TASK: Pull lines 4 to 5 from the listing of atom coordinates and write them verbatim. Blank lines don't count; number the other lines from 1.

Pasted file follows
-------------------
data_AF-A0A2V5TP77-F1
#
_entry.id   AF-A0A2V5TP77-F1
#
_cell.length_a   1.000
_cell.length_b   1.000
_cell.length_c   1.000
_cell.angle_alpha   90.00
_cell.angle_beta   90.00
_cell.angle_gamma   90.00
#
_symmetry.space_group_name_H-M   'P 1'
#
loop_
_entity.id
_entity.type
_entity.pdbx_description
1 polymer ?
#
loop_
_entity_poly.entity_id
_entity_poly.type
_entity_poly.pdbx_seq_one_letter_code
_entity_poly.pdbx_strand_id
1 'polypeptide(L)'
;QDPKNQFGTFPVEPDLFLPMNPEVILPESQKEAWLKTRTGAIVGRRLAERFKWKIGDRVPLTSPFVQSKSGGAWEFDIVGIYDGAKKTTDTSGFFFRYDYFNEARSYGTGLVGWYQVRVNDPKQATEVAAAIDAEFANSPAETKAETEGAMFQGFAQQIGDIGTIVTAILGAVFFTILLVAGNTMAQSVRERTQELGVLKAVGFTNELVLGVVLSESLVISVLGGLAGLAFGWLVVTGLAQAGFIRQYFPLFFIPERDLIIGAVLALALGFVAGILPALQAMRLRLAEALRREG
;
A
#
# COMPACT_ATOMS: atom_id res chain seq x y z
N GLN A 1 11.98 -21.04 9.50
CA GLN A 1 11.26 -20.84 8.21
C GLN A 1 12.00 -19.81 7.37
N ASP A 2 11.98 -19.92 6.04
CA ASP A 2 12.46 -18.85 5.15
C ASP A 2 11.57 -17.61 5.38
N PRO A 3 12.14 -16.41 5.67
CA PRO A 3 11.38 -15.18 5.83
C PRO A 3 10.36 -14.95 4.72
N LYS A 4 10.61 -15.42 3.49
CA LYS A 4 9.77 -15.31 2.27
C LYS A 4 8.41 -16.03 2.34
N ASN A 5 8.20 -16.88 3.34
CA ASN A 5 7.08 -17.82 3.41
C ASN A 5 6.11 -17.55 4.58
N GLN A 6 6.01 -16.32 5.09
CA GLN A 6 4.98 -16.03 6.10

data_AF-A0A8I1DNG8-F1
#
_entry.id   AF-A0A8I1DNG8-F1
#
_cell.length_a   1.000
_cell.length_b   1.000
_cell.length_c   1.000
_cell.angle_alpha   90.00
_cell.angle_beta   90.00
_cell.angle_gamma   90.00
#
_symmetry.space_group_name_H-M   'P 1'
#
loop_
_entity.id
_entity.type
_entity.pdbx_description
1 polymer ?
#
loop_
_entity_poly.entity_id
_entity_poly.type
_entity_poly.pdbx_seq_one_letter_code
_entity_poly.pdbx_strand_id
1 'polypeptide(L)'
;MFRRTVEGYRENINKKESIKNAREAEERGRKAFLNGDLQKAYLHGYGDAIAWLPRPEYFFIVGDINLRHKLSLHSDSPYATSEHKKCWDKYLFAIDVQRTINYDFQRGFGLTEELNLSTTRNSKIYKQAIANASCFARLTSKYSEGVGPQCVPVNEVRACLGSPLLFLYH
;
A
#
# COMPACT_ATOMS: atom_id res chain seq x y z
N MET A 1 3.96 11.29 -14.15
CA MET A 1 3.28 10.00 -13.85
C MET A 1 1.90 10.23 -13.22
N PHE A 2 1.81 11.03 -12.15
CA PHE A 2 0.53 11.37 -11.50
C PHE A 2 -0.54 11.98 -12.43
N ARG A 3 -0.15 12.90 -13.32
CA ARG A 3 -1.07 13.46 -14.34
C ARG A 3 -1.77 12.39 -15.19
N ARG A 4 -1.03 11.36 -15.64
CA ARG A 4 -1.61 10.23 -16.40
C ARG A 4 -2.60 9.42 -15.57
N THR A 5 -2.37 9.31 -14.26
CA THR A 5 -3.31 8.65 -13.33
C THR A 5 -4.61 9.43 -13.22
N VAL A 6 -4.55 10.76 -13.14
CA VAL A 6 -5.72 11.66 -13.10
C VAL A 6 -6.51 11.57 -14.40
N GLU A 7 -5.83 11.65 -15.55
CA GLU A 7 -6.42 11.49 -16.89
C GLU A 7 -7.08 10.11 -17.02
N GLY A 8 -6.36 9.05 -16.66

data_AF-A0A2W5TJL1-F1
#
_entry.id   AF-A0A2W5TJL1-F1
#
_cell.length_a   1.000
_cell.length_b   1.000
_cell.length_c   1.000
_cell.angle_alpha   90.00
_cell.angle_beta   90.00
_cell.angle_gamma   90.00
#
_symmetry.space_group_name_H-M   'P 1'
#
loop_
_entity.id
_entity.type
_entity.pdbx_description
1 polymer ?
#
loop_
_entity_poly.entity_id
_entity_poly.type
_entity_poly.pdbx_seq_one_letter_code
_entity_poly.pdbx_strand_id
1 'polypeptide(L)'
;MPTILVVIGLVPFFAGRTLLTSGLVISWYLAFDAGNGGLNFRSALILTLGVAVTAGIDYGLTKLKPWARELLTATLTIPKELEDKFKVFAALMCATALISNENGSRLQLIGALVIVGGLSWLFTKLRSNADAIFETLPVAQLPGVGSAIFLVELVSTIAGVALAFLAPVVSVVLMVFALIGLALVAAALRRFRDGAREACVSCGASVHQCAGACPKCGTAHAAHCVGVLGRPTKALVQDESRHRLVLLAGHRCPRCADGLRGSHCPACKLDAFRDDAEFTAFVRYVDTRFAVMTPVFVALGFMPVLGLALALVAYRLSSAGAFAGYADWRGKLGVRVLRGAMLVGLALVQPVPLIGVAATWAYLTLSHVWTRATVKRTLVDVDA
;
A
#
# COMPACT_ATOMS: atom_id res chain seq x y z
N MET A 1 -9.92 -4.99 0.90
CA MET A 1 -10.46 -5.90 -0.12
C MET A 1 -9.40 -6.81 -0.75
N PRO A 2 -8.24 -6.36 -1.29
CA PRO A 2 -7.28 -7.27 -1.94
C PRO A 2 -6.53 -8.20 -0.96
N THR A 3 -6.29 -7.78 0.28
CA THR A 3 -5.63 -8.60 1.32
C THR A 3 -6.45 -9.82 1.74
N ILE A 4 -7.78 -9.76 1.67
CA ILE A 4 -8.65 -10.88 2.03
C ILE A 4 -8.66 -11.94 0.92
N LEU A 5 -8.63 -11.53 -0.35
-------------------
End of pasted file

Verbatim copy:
#
_cell.length_a   1.000